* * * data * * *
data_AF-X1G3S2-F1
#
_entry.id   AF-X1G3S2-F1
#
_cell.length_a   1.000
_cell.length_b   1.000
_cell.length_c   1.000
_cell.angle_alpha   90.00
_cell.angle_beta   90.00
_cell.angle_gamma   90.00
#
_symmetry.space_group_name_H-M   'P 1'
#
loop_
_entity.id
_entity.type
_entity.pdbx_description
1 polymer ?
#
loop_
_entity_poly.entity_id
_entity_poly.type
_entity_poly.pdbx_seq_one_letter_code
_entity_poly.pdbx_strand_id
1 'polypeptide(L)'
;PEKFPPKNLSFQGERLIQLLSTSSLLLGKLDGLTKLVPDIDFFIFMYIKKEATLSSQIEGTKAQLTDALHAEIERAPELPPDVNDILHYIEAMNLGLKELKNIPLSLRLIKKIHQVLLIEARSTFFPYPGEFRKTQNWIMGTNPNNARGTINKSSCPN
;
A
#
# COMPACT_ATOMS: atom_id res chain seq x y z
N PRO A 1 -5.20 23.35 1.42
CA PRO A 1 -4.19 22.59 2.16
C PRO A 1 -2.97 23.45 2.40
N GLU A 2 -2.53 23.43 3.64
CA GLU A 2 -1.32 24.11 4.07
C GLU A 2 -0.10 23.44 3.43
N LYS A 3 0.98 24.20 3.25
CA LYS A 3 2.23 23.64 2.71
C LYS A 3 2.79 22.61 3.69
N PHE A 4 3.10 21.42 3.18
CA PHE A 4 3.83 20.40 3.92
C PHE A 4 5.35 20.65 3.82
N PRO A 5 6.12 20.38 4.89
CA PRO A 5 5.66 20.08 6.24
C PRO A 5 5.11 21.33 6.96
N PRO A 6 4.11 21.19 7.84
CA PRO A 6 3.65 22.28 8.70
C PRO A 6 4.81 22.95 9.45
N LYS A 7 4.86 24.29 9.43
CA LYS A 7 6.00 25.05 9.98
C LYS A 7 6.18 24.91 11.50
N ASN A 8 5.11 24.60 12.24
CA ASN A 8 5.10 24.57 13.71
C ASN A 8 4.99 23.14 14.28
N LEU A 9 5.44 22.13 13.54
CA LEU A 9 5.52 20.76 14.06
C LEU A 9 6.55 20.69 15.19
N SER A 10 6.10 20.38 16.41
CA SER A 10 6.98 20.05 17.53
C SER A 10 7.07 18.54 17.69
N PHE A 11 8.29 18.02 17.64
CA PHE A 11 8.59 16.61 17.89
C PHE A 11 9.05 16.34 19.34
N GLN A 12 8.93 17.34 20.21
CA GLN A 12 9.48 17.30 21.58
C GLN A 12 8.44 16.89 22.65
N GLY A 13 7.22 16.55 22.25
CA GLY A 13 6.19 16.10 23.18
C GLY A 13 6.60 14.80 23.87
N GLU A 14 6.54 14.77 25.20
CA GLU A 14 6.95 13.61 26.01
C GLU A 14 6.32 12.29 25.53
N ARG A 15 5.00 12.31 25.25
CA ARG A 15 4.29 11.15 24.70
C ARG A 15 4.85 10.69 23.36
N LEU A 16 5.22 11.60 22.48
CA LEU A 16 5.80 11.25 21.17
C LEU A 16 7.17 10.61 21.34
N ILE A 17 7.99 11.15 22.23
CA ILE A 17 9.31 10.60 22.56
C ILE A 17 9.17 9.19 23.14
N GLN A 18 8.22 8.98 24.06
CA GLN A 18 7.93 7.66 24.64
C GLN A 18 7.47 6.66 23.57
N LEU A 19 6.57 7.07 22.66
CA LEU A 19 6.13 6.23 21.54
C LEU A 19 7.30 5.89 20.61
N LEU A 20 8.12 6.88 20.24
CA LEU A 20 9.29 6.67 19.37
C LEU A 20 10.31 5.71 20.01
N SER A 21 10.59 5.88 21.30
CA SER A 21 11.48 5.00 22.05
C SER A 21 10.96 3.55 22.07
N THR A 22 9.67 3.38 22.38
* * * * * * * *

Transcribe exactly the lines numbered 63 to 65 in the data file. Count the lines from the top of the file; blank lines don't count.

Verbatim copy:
C PHE A 11 9.05 16.34 19.34
N GLN A 12 8.93 17.34 20.21
CA GLN A 12 9.48 17.30 21.58